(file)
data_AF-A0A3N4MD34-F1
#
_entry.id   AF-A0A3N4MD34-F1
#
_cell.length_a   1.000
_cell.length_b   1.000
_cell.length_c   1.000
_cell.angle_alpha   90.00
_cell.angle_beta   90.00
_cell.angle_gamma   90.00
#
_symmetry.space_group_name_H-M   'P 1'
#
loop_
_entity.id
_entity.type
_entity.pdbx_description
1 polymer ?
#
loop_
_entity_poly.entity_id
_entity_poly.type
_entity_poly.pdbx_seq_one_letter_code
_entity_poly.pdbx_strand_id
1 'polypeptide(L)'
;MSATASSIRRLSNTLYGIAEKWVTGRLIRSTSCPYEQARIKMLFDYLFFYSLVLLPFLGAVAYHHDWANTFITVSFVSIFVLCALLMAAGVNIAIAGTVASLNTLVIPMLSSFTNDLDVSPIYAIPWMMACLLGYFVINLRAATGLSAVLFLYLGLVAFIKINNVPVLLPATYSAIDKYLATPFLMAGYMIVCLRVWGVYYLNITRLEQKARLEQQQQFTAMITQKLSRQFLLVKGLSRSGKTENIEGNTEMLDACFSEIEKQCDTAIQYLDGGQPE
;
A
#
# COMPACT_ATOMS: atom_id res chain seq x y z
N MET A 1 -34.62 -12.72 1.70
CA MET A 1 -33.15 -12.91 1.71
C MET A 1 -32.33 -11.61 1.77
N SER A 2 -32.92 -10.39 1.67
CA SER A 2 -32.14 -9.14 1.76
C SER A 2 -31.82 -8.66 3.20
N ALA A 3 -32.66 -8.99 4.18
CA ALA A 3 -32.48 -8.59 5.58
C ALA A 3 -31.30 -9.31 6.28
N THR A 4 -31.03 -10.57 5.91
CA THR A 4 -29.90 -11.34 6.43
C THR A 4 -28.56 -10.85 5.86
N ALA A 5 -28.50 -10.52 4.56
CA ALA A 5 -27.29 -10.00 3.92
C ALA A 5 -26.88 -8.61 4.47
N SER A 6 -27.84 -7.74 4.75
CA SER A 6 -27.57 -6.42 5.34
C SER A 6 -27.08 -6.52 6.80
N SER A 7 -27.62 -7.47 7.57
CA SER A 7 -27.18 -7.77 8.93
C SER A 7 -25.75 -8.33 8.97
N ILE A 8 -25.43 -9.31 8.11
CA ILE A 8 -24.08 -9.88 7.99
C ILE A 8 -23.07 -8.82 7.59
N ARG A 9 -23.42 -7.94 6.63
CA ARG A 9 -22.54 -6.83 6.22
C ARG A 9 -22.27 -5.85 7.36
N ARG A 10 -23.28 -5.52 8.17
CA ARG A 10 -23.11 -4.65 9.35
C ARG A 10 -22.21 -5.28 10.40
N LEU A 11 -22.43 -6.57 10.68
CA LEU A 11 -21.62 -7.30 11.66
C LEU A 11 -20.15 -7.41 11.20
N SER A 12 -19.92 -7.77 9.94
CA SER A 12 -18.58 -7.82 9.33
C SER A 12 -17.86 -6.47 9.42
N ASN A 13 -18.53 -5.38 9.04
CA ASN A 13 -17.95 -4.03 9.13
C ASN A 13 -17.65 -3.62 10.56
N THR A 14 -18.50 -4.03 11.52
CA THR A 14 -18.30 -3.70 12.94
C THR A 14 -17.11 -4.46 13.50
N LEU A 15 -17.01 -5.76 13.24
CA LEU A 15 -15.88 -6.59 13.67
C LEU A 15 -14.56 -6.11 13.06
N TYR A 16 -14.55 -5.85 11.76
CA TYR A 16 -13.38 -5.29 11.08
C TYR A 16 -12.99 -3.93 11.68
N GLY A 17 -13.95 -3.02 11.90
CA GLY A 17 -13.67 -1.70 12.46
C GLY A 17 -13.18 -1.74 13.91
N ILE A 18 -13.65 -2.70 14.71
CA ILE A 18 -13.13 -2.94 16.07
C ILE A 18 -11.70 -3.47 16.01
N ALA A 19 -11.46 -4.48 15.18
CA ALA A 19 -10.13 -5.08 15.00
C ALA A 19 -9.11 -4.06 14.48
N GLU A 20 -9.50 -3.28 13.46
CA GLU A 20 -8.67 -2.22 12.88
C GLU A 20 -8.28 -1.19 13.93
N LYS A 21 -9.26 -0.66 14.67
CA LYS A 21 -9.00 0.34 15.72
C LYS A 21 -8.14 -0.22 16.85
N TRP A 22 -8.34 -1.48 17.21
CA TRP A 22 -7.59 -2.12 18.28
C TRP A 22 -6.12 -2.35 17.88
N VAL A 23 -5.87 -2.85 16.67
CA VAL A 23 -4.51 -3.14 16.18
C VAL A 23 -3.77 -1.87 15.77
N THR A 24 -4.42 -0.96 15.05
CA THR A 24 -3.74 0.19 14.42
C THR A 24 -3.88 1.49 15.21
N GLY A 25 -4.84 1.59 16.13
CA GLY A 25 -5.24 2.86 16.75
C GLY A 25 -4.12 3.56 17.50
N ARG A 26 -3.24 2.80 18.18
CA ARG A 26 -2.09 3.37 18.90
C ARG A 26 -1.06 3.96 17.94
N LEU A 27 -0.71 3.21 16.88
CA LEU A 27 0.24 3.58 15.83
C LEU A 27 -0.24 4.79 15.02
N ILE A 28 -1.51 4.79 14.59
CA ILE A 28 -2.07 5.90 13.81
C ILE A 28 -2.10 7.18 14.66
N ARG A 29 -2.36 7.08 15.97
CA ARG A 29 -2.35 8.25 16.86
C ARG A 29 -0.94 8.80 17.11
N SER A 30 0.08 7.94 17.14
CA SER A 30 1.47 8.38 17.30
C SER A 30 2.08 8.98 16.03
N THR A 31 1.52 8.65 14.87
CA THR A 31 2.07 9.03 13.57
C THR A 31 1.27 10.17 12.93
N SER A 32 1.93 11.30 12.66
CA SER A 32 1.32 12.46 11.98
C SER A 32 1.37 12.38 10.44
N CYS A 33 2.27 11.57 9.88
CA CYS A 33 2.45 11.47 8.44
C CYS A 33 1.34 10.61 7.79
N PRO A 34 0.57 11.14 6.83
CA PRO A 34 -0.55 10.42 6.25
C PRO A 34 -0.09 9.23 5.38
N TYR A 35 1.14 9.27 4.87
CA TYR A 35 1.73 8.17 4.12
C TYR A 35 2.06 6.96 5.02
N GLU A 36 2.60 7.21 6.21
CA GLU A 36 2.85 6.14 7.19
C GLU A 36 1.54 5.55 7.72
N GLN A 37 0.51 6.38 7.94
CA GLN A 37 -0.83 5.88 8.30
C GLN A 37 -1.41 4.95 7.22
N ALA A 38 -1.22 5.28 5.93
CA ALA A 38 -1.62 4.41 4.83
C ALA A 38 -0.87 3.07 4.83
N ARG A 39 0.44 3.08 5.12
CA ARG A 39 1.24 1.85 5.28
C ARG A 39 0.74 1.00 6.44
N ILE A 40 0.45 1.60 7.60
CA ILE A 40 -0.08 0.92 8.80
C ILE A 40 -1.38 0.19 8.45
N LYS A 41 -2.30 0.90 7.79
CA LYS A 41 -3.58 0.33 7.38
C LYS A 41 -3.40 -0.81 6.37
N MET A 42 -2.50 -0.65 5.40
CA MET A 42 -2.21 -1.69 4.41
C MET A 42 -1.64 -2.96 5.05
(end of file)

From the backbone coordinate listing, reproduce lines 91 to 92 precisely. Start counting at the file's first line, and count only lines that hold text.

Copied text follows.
N LYS A 21 -9.26 -0.66 14.67
CA LYS A 21 -9.00 0.34 15.72